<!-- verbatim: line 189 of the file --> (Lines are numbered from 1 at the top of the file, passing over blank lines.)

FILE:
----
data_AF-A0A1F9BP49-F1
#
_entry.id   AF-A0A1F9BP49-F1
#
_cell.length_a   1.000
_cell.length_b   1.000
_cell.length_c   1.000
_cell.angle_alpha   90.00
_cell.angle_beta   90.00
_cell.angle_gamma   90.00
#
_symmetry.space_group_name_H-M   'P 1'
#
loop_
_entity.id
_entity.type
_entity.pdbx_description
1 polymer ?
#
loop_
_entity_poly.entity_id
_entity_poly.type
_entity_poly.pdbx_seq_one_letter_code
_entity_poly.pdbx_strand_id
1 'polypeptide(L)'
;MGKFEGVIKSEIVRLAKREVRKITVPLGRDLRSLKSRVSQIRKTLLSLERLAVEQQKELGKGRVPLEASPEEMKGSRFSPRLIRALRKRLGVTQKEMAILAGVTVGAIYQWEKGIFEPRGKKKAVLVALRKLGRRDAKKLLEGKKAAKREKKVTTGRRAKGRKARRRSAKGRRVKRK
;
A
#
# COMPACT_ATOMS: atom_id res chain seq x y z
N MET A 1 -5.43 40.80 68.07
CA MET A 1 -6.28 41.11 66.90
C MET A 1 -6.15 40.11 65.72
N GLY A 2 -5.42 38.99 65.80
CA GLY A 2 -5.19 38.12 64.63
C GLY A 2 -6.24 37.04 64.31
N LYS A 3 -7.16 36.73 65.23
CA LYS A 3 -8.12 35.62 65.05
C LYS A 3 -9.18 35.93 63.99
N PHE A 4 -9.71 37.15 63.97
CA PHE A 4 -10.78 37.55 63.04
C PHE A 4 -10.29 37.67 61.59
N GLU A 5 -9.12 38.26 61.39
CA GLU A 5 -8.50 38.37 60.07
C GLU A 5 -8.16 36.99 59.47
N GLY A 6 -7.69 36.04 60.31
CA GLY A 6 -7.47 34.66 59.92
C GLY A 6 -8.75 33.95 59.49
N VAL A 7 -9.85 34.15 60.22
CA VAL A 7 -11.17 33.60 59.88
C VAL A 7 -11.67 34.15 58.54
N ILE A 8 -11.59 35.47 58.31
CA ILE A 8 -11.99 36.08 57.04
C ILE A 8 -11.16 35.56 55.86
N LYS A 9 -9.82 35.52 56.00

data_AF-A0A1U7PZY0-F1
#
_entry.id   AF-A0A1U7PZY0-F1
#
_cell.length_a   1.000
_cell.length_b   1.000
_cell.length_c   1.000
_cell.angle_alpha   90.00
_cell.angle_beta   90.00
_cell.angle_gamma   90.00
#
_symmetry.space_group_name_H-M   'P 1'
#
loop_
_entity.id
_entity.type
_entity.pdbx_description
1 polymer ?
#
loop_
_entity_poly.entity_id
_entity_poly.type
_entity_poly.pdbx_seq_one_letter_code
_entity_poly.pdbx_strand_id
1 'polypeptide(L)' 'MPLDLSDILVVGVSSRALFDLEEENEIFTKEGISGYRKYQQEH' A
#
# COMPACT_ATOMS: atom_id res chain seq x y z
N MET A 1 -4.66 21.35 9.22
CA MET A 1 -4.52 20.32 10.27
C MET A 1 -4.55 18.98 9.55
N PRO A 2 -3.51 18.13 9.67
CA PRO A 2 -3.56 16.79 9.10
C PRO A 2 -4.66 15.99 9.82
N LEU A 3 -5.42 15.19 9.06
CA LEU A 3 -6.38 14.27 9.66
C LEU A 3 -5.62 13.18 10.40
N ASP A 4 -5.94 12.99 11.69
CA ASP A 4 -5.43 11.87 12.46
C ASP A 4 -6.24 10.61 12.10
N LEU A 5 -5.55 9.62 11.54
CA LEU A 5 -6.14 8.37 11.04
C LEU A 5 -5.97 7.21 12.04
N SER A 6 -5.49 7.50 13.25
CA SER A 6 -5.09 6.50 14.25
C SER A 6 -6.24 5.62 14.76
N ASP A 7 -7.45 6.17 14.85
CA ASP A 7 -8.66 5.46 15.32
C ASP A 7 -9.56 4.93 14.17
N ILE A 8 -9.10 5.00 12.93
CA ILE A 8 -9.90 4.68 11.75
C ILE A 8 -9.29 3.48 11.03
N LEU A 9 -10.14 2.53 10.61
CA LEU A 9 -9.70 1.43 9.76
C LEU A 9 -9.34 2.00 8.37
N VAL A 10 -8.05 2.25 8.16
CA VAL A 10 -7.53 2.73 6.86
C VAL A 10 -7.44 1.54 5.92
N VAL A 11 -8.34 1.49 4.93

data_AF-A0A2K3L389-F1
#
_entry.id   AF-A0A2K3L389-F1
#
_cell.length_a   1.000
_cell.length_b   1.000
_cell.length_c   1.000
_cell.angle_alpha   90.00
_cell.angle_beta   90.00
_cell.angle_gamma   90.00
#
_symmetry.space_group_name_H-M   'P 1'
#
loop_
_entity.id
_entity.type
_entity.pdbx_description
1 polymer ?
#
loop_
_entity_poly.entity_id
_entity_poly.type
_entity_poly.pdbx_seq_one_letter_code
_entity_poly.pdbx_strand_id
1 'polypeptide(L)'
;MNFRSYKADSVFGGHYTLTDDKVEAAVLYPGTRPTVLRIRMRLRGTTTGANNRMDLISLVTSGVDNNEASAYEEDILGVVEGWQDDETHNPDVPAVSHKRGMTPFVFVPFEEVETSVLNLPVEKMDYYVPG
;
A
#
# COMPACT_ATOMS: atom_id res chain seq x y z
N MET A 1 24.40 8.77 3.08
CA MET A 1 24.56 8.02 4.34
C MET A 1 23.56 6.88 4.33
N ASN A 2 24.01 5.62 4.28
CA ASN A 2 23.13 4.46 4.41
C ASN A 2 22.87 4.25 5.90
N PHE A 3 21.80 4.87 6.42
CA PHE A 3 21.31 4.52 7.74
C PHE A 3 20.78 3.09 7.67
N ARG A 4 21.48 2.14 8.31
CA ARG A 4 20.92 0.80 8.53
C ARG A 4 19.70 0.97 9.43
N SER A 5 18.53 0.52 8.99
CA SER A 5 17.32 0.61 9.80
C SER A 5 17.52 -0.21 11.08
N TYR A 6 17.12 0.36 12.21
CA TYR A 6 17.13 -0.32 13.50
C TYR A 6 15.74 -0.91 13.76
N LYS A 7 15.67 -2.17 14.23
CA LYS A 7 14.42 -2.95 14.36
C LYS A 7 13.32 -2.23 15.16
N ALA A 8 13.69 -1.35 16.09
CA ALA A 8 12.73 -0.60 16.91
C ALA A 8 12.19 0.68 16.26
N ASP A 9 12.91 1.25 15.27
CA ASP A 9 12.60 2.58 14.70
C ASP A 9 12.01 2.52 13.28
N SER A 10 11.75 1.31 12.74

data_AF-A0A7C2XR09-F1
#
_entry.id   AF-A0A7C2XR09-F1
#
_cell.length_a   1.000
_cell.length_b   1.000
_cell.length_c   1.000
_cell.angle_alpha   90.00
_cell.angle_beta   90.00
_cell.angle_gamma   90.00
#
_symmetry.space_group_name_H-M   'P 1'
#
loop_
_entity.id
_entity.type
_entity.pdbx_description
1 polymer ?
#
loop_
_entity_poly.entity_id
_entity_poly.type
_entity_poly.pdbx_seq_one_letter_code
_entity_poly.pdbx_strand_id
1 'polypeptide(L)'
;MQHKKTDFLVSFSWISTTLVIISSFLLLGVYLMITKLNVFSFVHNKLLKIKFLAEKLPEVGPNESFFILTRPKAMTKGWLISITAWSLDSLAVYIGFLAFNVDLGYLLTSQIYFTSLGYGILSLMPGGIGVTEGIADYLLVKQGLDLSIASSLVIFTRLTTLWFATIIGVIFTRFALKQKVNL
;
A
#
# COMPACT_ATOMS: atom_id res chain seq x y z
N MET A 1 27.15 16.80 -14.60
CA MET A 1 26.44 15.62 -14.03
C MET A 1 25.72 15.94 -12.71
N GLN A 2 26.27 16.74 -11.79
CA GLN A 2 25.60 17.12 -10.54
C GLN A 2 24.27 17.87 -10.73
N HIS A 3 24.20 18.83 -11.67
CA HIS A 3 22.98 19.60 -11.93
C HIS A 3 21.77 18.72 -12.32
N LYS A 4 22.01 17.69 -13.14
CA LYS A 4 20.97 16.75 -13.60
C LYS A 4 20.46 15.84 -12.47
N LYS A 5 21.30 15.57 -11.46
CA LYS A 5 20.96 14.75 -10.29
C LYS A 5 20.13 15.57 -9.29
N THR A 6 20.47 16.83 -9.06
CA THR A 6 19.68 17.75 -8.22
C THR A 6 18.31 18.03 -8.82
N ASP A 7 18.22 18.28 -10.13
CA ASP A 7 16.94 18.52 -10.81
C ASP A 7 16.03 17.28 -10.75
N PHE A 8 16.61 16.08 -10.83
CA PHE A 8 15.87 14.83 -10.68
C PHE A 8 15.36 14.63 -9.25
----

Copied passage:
1 polymer ?